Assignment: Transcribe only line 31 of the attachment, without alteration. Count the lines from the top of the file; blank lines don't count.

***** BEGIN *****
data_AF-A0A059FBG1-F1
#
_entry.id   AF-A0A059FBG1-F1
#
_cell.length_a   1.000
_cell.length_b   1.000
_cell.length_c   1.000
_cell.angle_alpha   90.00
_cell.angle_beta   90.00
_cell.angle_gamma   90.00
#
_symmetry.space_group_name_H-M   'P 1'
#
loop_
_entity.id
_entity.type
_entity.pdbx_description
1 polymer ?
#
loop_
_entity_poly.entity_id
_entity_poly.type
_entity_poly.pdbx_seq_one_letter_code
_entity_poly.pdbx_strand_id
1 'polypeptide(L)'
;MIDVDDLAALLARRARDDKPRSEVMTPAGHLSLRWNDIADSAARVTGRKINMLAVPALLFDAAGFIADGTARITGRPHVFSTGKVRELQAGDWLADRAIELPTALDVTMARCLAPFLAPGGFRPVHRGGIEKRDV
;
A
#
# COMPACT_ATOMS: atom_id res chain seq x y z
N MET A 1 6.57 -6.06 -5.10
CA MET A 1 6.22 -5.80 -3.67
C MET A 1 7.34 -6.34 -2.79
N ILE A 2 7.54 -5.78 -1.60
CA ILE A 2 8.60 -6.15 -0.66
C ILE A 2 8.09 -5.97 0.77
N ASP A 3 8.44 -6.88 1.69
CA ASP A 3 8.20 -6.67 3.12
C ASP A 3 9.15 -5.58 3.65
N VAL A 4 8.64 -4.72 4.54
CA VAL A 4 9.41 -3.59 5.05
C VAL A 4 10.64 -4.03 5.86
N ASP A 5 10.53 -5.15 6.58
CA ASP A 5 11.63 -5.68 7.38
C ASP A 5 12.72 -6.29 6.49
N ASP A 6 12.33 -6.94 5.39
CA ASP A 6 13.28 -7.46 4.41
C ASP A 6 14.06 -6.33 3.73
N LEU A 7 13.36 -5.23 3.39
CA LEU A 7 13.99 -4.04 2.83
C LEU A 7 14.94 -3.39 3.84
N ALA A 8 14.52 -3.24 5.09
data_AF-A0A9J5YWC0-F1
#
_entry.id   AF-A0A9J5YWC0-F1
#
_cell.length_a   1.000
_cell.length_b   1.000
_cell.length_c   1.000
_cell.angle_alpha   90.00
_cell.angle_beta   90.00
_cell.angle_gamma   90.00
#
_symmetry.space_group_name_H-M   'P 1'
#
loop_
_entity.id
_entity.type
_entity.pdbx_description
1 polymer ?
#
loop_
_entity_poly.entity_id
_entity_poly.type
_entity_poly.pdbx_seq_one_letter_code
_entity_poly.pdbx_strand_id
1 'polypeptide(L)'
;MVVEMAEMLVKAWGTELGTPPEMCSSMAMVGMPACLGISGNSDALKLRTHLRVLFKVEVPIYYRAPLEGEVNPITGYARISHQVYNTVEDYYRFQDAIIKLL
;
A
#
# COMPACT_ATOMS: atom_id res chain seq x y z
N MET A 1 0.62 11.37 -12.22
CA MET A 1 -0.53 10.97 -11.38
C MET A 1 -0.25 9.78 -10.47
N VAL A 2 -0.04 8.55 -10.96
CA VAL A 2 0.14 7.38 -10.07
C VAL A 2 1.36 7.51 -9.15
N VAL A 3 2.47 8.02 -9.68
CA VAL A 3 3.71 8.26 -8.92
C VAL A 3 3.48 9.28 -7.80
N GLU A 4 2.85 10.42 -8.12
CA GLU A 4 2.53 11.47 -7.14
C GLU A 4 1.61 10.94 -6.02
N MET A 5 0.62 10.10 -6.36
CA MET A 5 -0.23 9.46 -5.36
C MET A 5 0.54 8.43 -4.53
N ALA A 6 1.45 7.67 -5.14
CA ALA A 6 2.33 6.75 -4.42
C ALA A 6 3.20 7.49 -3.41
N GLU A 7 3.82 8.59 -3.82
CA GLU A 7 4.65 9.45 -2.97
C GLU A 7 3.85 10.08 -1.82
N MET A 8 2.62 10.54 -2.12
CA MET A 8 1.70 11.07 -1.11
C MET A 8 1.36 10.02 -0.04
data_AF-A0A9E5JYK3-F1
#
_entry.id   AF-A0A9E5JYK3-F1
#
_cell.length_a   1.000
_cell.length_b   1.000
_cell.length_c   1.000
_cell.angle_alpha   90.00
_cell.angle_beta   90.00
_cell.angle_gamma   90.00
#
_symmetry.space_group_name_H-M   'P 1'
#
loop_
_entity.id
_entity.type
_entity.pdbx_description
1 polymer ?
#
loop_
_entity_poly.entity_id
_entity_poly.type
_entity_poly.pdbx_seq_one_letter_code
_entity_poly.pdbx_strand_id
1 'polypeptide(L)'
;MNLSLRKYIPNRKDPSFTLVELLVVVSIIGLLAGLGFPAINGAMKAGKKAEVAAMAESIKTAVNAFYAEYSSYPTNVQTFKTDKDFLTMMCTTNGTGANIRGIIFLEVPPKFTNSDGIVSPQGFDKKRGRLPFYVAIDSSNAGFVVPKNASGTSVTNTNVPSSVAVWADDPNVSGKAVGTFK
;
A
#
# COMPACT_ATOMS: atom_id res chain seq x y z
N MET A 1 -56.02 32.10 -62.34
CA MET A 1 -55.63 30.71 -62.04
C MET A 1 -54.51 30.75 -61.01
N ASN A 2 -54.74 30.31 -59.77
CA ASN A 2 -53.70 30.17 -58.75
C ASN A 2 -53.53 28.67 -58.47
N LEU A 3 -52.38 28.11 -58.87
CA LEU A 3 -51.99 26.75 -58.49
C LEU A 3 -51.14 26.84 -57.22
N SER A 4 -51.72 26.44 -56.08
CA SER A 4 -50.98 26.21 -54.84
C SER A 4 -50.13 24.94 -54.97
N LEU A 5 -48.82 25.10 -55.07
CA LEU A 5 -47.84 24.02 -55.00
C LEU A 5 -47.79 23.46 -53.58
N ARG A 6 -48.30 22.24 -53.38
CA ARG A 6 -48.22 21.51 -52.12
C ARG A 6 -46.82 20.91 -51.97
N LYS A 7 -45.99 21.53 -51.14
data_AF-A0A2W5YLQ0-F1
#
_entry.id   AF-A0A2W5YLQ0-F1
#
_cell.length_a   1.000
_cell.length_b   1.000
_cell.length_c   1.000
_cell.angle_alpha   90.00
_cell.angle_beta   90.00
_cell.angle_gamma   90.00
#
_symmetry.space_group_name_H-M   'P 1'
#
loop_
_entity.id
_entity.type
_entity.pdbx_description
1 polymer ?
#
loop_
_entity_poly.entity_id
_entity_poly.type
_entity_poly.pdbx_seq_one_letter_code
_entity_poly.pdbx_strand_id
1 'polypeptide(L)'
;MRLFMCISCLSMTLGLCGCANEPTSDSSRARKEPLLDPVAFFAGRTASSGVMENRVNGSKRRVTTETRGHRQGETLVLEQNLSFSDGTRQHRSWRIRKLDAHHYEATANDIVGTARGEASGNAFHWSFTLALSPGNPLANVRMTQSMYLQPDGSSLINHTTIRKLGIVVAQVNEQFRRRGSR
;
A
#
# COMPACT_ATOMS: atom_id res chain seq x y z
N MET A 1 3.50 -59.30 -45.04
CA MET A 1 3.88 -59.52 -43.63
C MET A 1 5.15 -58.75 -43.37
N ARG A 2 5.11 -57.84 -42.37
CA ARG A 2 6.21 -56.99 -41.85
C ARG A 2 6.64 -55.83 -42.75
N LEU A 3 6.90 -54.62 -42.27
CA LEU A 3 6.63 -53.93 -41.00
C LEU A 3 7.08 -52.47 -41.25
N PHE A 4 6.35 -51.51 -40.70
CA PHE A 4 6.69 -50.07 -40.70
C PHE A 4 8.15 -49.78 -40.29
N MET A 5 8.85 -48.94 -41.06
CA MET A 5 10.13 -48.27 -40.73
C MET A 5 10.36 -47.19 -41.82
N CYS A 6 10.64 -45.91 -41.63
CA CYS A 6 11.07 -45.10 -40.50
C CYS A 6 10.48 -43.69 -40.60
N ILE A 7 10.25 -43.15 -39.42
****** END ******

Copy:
N MET A 1 6.57 -6.06 -5.10